Lighting the Ugandan night with sunlight
A year-long solar installation project in Uganda has given eight villages the tools to harness the sun and light in their churches
Close your eyes and picture a church, sitting on top of a hill in a remote, rural village. Outside this church is a bulb, the only source of bright light, shining like a beacon and drawing people to it.
Now, imagine what life would be like if you only had a dim and dangerous kerosene lamp to live, read or work by in the evenings.
Eight tiny Ugandan towns have come alive at night thanks to a solar power project carried out by BMS World Mission worker Gareth Shrubsole and his team, turning the church into a place to socialise, study, relax and, of course, learn about God.
Gareth noticed the difference immediately after the first solar panel, light bulbs and mobile charging stations were installed at Kahokya Baptist Church. He and Amisi Kathaliko, the team’s electrician, stayed overnight at the church after they finished working.
While there, a few old men brought in their radio and sat together for three hours, laughing and enjoying a program. “I have no idea what the program was about,” says Gareth, “but you could see it in their faces. Just the simple pleasure of being able to congregate together in a safe place with light.”
Attendance and outreach in these solar panelled churches has grown by an average of about 88 per cent in the last year and new friends include Catholics, Anglicans, Jehovah’s Witnesses and those of other or no faiths. Many go to charge their phones or study and while there they are introduced to Jesus Christ.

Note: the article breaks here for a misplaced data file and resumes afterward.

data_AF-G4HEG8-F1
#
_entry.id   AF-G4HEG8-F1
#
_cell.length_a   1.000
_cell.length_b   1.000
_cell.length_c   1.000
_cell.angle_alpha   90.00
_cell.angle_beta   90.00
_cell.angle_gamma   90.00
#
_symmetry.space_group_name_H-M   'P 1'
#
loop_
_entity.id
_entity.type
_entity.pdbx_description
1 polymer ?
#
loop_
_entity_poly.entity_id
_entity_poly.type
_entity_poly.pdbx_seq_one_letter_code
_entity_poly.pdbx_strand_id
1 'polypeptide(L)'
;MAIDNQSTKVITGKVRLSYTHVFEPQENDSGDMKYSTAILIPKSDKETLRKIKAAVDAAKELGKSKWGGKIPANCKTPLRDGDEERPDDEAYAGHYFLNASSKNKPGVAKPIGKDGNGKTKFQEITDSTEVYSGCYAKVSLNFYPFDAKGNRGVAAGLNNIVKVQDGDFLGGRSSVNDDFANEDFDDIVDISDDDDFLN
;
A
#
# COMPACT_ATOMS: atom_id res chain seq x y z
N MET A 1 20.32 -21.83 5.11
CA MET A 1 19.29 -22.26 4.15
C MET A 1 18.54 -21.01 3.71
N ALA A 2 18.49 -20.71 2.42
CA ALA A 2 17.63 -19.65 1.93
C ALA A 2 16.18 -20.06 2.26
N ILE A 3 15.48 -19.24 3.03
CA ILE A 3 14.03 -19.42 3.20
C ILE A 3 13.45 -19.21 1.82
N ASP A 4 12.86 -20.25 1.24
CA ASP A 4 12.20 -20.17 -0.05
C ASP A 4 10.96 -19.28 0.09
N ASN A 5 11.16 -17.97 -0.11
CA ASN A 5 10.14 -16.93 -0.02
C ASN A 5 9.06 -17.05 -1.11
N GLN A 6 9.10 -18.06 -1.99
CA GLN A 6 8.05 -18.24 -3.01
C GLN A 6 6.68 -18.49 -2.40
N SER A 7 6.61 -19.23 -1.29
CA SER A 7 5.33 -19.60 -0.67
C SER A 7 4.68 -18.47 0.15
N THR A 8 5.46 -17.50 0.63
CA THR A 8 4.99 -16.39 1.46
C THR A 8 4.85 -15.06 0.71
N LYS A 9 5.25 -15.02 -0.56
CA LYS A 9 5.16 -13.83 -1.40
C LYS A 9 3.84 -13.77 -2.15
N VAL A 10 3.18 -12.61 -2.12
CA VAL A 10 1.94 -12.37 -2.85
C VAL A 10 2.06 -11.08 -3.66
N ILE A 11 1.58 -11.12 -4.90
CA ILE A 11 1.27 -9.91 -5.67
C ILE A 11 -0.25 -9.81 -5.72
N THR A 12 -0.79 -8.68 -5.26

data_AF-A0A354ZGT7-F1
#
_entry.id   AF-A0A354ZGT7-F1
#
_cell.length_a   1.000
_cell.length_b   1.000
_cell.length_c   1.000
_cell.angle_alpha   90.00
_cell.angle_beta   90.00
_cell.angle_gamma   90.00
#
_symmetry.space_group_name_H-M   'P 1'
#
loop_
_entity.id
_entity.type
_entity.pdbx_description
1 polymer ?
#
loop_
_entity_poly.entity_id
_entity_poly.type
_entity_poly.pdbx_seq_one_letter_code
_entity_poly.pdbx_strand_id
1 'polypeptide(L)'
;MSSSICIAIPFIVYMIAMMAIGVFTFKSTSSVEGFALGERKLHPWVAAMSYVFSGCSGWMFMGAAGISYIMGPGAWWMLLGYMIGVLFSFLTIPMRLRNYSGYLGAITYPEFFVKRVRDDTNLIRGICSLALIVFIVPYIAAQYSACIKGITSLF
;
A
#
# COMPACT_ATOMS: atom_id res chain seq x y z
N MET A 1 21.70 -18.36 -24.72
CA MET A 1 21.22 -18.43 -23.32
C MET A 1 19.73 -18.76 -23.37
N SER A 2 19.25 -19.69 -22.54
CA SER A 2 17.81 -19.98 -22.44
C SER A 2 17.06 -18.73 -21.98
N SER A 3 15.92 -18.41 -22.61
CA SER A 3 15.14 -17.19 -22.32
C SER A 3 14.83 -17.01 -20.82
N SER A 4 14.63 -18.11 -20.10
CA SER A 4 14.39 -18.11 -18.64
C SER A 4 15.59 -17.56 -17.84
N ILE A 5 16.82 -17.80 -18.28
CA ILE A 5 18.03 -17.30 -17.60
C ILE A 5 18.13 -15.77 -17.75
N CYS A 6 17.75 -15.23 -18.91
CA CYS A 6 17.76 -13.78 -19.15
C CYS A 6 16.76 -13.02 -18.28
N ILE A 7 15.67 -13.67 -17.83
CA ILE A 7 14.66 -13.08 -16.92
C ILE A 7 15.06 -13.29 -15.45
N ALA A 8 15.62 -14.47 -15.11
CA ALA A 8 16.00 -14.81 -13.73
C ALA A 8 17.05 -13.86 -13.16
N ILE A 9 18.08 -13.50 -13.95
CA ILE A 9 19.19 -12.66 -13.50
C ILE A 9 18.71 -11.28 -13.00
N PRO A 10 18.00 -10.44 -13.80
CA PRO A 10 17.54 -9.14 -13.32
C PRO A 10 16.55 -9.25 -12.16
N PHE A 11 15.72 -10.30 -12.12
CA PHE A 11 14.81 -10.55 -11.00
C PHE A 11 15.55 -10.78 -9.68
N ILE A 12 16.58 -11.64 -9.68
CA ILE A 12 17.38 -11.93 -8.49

Over 7,800 mobile phones charged during the last year have not only saved families money but helped raise funds for various church ministries. Families also saved on kerosene, leaving more funds free for their children’s education. “It’s really helped people to know that doing their homework won’t be a drain on their family’s resources,” says Gareth. In every church, the students and teachers reported better results and a higher level of self-confidence.
Though the project has been a success, it was not without its challenges.
At one church, the team had to walk across a swaying wooden bridge while carrying all the gear on their backs before climbing up to the building. Another time, their car slid on the muddy roads, stopping inches from a steep drop down the mountainside. “We praise God for having brought us back safely from these hair-raising mountain journeys,” Gareth says.
But empowering these churches, in every sense, has made these terrifying experiences worth it. “I really felt like as missionaries we were called by God to do a particular thing, at a particular time, in a particular place and it all clicked together,” says Gareth. “We had many challenges, but at every stage along the way, somehow the challenges would be overcome and that’s the really exciting thing about doing God’s work.”
This important work could not have been achieved without your generous giving. Donate today to help fund life changing projects like this one.
More information about BMS’ sustainable initiatives check out FutureShape? and the summer issue of Mission Catalyst.
Please pray for Bethan and Gareth Shrubsole as their time in Uganda comes to a close. Also, pray for Amisi, the other members of the solar projects team, and the communities and churches where the solar panels were installed.
This article first appeared on the website of BMS World Mission and is used with permission